On June 27, 2003 the National Do Not Call Registry opened for signups. Just four days later, the list was 10 million members strong.
Clearly, people don’t like unsolicited calls.
Fast-forward 12 years, and telemarketing is still very much a problem. The Federal Trade Commission, which oversees the registry, reported that 3.2 million telemarketing-related complaints were filed in fiscal year 2014.
Telemarketing, of course, is the practice of calling existing or prospective customers in an attempt to upsell or convert them into paying customers. It ranges from cold-calling lists of contacts to --
Wait a minute ...
Calling prospects at their residences or places of business to sell them products? Isn’t that the definition of inside sales?
At the highest level, inside sales and telemarketing might appear to be the same thing. But dig a tad deeper and it’ll quickly become apparent that the two activities differ in significant ways.
Spray and Pray
A simple Google search for “buy telemarketing call list” returns 286,000 results. Much like the email lists some companies buy to send marketing blasts to, telephone lists are a random collection of publicly available phone and contact information. It’s not guaranteed that the numbers are in working order, much less that they belong to people who want to hear from you. Telemarketing’s seeming randomness is one of its defining features, and the propensity of businesses to buy lists explains why my family used to get calls from a litany of organizations none of us had ever heard of.
One site that sells phone numbers describes an available list like this: “Try our Affluent Households residential mailing list. We’ll produce a list of people who have the money to buy your product or service.”
Simply having the money to buy a product means nothing about whether someone will actually end up purchasing it. And by the way, how do they know how much your product costs?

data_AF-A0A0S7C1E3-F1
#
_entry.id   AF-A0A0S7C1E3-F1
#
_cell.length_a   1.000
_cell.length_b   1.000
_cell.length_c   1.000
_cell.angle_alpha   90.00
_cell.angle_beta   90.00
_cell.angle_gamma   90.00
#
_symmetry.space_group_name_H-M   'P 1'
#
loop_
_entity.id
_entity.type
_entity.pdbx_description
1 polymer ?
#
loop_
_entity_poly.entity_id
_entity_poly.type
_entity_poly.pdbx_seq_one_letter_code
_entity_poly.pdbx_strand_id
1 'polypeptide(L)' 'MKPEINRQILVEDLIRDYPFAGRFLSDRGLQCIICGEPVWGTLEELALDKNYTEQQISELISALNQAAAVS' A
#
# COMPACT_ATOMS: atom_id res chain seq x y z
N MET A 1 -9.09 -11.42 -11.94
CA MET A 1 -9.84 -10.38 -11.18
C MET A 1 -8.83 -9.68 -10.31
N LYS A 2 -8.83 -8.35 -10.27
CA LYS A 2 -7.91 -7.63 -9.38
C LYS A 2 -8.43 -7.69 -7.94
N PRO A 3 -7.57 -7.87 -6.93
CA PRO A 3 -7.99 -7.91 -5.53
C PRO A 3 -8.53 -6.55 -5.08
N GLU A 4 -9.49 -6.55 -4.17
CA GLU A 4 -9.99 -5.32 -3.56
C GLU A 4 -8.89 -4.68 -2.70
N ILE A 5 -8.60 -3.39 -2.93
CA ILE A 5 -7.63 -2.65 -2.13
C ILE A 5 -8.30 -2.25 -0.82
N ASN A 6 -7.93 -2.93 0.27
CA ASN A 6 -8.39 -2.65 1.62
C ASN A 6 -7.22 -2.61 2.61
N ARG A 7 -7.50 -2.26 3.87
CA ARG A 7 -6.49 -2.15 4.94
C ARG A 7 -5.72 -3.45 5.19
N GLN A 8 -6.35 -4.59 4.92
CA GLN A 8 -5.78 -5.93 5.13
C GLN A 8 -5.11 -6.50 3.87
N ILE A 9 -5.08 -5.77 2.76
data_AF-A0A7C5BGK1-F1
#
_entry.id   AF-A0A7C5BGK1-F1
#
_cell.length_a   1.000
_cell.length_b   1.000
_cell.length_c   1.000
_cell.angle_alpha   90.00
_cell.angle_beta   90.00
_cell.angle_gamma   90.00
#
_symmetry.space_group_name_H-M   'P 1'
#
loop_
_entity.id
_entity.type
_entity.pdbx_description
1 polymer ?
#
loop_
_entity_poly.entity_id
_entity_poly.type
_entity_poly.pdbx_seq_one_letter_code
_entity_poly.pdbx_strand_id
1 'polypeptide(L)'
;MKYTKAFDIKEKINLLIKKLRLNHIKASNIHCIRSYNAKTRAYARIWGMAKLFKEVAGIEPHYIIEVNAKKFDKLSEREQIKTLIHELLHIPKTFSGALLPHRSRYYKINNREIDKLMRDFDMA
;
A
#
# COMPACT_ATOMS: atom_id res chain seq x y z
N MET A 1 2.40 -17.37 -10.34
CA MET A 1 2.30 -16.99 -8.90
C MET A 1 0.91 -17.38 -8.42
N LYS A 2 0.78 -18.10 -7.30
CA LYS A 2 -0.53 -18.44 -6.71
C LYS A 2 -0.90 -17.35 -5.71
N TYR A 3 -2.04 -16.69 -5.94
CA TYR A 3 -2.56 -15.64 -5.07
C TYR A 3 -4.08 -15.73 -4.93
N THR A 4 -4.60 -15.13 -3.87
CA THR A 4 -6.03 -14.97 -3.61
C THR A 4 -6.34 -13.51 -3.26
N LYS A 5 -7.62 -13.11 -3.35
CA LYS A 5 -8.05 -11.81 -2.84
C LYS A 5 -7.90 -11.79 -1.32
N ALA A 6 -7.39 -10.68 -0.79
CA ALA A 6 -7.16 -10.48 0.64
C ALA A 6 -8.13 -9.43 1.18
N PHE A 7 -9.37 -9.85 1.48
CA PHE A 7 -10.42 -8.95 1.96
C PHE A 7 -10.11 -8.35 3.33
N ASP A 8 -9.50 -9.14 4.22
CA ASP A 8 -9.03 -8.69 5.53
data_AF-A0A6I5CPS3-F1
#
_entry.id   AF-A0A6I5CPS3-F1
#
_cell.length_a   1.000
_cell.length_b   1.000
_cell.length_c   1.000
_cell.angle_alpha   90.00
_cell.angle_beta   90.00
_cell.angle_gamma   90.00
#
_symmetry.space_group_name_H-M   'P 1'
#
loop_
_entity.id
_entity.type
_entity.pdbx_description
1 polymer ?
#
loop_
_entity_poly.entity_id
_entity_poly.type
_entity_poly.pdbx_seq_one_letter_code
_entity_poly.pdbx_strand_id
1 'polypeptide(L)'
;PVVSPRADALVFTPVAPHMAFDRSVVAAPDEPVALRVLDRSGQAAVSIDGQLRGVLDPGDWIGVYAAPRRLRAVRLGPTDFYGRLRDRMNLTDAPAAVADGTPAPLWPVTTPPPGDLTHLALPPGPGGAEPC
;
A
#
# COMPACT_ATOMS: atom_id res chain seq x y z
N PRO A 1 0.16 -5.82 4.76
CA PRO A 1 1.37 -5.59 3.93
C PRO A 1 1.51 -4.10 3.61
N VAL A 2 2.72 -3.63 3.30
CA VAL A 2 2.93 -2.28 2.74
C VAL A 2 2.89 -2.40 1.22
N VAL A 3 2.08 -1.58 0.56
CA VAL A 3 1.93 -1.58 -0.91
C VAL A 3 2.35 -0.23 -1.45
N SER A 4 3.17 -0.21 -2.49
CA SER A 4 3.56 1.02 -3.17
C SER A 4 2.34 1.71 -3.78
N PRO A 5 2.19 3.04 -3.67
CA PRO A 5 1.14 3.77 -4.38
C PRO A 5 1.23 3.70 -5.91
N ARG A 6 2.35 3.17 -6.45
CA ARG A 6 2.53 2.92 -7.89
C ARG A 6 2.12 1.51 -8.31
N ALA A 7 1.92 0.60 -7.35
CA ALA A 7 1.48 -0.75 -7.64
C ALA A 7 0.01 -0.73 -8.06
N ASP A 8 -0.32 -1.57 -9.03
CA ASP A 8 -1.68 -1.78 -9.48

No inside sales organization worth its salt puts purchased lists at the center of its prospecting strategy. Instead, salespeople find good fit prospects through internet searches, referrals, or other sources, research those prospects before reaching out, and use a qualification process far more stringent than “do they have a pulse and a telephone?”
Without performing real research before picking up the phone, telemarketers can’t tailor their message to a prospect’s specific needs. Many telemarketing companies deploy strict scripts for representatives to use, which removes the possibility of a real conversation.
On the other hand, a good inside sales connect call focuses on the prospect. What do they need help with? What aspects of their business need to be improved? What are their priorities? Jason Richman, a sales manager at HubSpot, describes a good conversation as a “game of catch” with your prospect -- a give and take where both parties are equally engaged. An almost entirely one-sided telemarketing call bears little resemblance to this type of conversation.
Help, a Robot Took My Job
Further hampering the path to communication is robocalling, a telemarketing practice that removes the human entirely. In this completely automated process, numbers are dialed by a machine and a pre-recorded message is played to the call recipient when they pick up the phone.
Robocalling with pre-recorded sales pitches is technically illegal. However, technology has made it easier to make auto-dialed calls while simultaneously making it harder to track where calls are coming from, making enforcement difficult. Politicians are frequent users of auto-dialing techniques, which is permitted since they aren’t technically trying to sell you anything -- just win your allegiance.
Unsurprisingly, robocalls are not popular -- in 2012, 2.26 million Americans filed complaints about this specific kind of telemarketing alone. That's why you'll never catch a good inside sales team deploying this technique. And if you do, for all of our sakes, call the authorities.
Finally, companies that contract telemarketing agencies to do their selling for them are missing out on the product expertise that comes with a trained inside sales force that exclusively sells for you. Inside salespeople learn their product inside and out, and can become consultants for their prospects.
Salespeople should always be helping, but they can’t do so if they’re not familiar with what they’re selling. And hiring an inadequately trained telesales agency to do your selling pretty much guarantees telemarketers will run up against the limits of their capacity to answer questions or provide guidance.
All this is to say that traditional telemarketing is the epitome of intrusive outbound selling. Cold calling hundreds of people who have no need for a product and delivering a scripted speech is annoying for the consumer and unproductive for the business, which is exactly why salespeople are increasingly using inbound techniques and carefully customizing their outbound outreach. Companies should continue to double down on hiring and training excellent inside sales forces comprised of product, relationship-building, and research experts, and leave outdated telesales practices by the wayside.